Aged Care Home Care Packages

August 13, 2018

You know how desperate things are in a sector when someone  who gets very little sleep because she works in aged care and is also a full-time carer for her mum  makes the time to be part of a local forum with some politicians, giving up the only moment of free  time that she gets.

The members for Newcastle and Macarthur held a hearing of the Medicare Taskforce in the electorate  that I represent, Macquarie, focusing on aged care. It's fair to say that we had a full house in  Katoomba, with people who have gone through the process of helping an elderly family member, whether it's a mum or a dad, a relative or a partner, to tackle the bureaucracy to get an aged-care home package.

The room full of people sat in stunned silence as we took evidence by phone from Anthea Cox-Norman,
an aged- care nurse who lives in Hobartville, who shared with us her experience in trying to get
the appropriate level of home care for her mum. She works nights and cares for her mum during the
day. She needs help. We first started speaking with Anthea in March, when she rang concerned that,
despite the fact that her mum had been discharged from hospital into Anthea's care in early
January, they had been advised of a nine- to 12-month wait for an in- home-care package. Her mum's
needs had been assessed as meeting level 4 needs—that's the highest level of care. Anthea is at
breaking point, as anyone would be when trying to do two full-time roles without adequate support.
I wrote to the minister about this in early July after exhausting all other avenues, and there's
still no response.

What the evidence from the forum tells us is that Anthea is not alone in experiencing long delays
for care for a loved one. One of the key issues that emerged is that so many people give up on the
wait and accept a package that is at a lower level of care and then find themselves facing big
bills in trying to fill the gaps. The cost of that extra care can be a real shock and financially

I have an electorate with many retired and elderly people. In fact, people move to the area in
order to retire and to breathe our clean air after living and working in their busy lives. It's
completely understandable that people want to be able to age in their own home, in their own space,
for as long as they can. The delays in home-care packages have caused grief for many, and I have
heard the same story over and over again: that someone was on the waiting list but their package
didn't come through until they were just about to be admitted to residential care or, in several
cases, the person needing the care had already died.

It is a disgrace that we show so little respect for the older and more vulnerable members of our
community. It seems bizarre to me that it is now August and we are well overdue for an update on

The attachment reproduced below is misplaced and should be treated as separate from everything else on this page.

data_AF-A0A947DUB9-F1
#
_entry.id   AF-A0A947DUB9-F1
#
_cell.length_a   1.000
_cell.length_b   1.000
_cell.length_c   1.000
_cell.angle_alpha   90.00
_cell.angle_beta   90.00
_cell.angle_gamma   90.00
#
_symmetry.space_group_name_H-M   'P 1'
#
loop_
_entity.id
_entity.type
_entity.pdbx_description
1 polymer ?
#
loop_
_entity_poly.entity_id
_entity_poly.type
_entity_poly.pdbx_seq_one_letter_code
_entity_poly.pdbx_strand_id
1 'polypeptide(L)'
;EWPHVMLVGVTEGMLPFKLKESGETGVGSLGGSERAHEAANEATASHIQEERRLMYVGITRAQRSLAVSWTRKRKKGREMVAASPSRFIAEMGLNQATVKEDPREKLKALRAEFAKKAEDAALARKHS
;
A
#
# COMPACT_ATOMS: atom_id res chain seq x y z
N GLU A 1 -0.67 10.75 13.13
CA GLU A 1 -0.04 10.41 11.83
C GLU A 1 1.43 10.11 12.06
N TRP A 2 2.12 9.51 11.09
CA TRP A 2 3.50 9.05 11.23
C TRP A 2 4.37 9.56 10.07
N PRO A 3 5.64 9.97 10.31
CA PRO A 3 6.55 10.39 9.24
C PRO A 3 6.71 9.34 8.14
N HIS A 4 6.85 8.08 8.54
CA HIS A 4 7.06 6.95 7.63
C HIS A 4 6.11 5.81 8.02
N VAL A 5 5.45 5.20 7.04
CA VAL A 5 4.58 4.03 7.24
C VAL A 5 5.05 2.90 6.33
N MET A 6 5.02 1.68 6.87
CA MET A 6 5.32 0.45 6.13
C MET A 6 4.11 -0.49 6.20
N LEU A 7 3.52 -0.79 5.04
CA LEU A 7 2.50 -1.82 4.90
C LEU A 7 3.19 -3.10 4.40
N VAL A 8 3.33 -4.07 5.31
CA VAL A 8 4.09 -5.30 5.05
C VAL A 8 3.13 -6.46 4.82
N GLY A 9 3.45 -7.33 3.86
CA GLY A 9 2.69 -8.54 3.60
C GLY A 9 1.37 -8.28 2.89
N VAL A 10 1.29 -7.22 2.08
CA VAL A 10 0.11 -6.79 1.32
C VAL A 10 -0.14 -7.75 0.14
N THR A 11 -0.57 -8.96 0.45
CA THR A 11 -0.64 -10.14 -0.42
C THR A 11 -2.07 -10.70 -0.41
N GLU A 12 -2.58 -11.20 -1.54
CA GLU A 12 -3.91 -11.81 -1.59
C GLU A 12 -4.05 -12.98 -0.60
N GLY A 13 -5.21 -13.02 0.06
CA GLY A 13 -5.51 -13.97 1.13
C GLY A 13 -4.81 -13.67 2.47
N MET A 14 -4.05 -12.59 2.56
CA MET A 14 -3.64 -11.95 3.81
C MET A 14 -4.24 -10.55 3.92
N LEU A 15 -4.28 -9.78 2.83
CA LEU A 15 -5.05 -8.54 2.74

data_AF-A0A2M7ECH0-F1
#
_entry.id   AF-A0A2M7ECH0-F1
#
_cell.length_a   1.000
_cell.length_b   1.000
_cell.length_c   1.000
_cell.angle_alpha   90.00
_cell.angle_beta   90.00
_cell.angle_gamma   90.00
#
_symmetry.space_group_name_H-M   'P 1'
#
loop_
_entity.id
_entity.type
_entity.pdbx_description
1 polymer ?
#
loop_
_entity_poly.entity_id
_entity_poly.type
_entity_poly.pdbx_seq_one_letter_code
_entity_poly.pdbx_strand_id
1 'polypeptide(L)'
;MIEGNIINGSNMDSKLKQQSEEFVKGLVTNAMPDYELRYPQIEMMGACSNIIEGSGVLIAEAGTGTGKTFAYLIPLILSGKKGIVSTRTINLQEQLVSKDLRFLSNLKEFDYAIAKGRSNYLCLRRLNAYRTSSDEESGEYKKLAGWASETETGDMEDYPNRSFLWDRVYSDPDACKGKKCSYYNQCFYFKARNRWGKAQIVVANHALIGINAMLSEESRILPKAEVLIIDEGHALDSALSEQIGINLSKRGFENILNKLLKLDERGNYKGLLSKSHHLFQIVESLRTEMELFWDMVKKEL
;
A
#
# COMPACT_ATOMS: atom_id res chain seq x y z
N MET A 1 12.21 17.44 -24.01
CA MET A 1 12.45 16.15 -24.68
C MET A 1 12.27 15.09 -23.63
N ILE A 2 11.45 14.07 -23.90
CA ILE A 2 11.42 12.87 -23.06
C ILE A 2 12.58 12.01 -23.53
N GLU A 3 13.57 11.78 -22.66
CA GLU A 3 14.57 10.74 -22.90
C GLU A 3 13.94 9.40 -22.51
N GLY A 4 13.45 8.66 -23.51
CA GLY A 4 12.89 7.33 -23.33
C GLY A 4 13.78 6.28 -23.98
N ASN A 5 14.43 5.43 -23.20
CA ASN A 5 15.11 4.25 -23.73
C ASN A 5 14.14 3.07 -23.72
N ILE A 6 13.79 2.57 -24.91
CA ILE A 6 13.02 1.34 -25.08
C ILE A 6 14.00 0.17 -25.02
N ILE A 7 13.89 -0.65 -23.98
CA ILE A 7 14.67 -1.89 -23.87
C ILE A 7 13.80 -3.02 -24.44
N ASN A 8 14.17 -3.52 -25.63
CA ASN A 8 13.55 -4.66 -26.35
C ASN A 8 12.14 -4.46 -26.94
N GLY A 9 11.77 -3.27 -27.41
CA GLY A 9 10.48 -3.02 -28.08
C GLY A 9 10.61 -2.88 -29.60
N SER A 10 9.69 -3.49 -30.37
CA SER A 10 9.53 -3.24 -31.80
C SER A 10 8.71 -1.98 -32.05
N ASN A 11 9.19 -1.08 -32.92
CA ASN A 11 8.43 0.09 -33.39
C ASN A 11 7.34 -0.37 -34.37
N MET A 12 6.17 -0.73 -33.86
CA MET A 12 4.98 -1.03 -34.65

the current waiting list.  The Department of Health has previously committed to releasing data two
months after the period that the data covers. So what has happened to the March quarter? And the
July quarter shouldn't be too far away.

Of course, we know that if the figures were good they'd be out by now. In spite of the claims that
there was money in the budget for packages, I wonder if they barely made a dent in the waiting list
of more than 100,000 people. These are people who are eligible for an aged-care in-home package.
They're meeting the requirements to be given that package. They're ready to accept that package,
but they're still waiting.

We know that being cared for in your home has huge benefits, and that is not only the cost. It
costs somewhere between $100,000 and $120,000 of taxpayer money for people to be cared for in a
facility. It is much, much cheaper to allow people to be cared for in their own homes. People can
sleep in their own bed, they can have their own bedroom, surrounded by their own things. They can
have their pet and they can turn the TV up as loud as they like. Care can be totally personalised,
which is much harder to do in an aged-care facility. There's also that sense of independence, of
having some control over many aspects of your daily life. You get to decide when to eat, when to
sleep and when to socialise.

This government deserves condemnation for what it's doing to people like Anthea. I think it should
apologise to Anthea, to her mum and to people like Noeline O'Beirne whose husband, Patrick, didn't
live long enough to see his level 4 package delivered. And she herself is no stranger to waiting.
These people deserve the funding they've been assessed for, the funding that's been committed to them, and they absolutely deserve an apology from this government for what it's doing to them.